Diabetes Support

In 2011 I was in an accident in Melbourne, Australia where I had to be taken under for a trauma surgery to my jaw. It may sound like blasphemy, but when I was in the OR bullpen (I am sure there is a more appropriate name!), the anesthesiologist was kindly telling me what they were going to do, and kept asking if I could remove my insulin pump and the entire site (a band-aid like adhesive where a hairlike need is inserted into my skin so insulin could flow into my body).

I obliged. I didn’t want to take it off because I knew for one, my backside is one of the best spots for my pump, and getting a good site that absorbs the insulin efficiently, for me then, was not a quick process. Above all, I was fasted for far too long, not thinking entirely clearly and was in severe pain despite the medication I was on and did not want to twist my body in the needed fashion to get a new site. Secondly, I assumed I had to manage to get a new site myself because this method of controlling my blood sugars was not common in Melbourne, a commonwealth country where the government funded the medical supplies. Thirdly, I didn’t see the need. He wanted to remove it to prevent a bed sore/bed wound, and I knew I was a healthy 20-something and the surgery was not anticipated to be an all-day event, or days event. So the anesthesiologist and I met in the middle. He took my pump, I left on my site.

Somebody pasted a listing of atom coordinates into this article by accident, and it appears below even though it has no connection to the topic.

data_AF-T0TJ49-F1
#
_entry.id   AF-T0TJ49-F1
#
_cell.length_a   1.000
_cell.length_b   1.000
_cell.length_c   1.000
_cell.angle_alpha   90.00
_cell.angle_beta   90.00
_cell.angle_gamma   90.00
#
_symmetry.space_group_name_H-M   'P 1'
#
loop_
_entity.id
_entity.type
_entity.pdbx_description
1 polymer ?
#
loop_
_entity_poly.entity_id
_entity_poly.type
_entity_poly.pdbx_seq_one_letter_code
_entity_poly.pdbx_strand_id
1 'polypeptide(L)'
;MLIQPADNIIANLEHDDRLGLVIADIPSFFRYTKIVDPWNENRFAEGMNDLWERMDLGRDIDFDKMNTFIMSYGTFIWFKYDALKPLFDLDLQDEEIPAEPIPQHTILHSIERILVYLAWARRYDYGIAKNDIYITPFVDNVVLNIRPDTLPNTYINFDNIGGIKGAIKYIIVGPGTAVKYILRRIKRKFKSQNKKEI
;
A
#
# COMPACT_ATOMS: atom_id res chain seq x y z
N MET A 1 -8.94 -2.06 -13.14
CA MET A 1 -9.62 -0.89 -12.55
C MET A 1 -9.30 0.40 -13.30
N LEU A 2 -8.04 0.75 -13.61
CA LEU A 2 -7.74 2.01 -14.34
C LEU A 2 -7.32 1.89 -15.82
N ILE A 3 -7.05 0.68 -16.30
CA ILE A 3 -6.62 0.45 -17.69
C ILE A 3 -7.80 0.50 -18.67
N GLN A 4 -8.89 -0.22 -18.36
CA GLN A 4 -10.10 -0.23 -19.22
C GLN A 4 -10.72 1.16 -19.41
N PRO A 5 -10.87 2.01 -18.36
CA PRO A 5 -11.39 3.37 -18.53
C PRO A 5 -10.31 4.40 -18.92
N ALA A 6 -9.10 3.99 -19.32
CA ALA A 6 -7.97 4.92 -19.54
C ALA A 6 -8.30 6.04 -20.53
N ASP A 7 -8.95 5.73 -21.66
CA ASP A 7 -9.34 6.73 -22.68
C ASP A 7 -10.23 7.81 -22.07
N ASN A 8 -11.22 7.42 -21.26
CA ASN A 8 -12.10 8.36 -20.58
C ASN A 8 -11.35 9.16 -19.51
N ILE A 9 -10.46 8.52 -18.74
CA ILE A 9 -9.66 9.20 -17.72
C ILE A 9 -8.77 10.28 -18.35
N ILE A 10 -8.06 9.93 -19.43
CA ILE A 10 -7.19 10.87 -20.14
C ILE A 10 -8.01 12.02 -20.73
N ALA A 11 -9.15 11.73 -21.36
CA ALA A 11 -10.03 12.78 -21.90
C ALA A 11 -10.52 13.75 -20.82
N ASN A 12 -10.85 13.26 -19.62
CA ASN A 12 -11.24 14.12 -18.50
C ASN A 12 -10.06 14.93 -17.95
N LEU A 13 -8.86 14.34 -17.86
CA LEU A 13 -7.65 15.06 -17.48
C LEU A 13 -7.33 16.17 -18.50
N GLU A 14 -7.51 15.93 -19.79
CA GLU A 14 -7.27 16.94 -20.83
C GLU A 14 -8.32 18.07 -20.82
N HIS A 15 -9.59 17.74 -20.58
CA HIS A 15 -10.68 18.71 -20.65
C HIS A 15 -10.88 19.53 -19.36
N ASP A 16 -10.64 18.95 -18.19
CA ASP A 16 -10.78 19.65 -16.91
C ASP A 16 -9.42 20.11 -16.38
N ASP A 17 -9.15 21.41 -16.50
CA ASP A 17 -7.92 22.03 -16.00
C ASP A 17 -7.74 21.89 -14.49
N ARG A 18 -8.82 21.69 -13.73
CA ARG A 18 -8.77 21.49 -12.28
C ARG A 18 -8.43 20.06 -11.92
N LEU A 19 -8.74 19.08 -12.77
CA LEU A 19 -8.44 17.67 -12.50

While my blood sugars were tested throughout the 4-hour surgery, and I am guessing the range was flexible, I did not have insulin administered at all during that time. I have a vague memory post-op, which was late in the evening, of my Certified Diabetes Educator running into my room asking for my glucose reading because the pump removal was against her orders. Sure enough, I was loaded with ketones, which thankfully recovered, but I could easily say, I was scared for my life. How could this top-level trauma hospital in all of the country, let alone state, miss this? No doubt the doctor did call me after I was discharged acknowledging the mistake.

While this story has more details, and I will spare them, it is an example of a moment and not the only one in the decades I have had type 1 diabetes, that I felt alone, without a team that I fully trusted to care for me entirely.

As a newly diagnosed 8-year-old, a growing teen, a new college student transitioning to an insulin pump, a soon-to-be mom monitoring blood sugars throughout pregnancy (2x) like a hawk, I’ve met¬†with many health care professionals shedding loads of advice on how to best manage my disease; and many tips are still with me, but also occasions when I thought, “I wish they knew how to do this 24/7, 365 and reconsider what they are asking of me.”

Where I am getting, and perhaps you can relate, I want to be your person, helping you on the journey of living with diabetes emotionally and therapeutically. It is far more than a game of counting carbs and drawing up a dose of insulin or medication or manipulating a diet to fit the need. If you are in need of building a team for your diabetes and the timing is right, let me be your coach.

Don’t hesitate to ask, and I wish you the best health, today and the many tomorrows.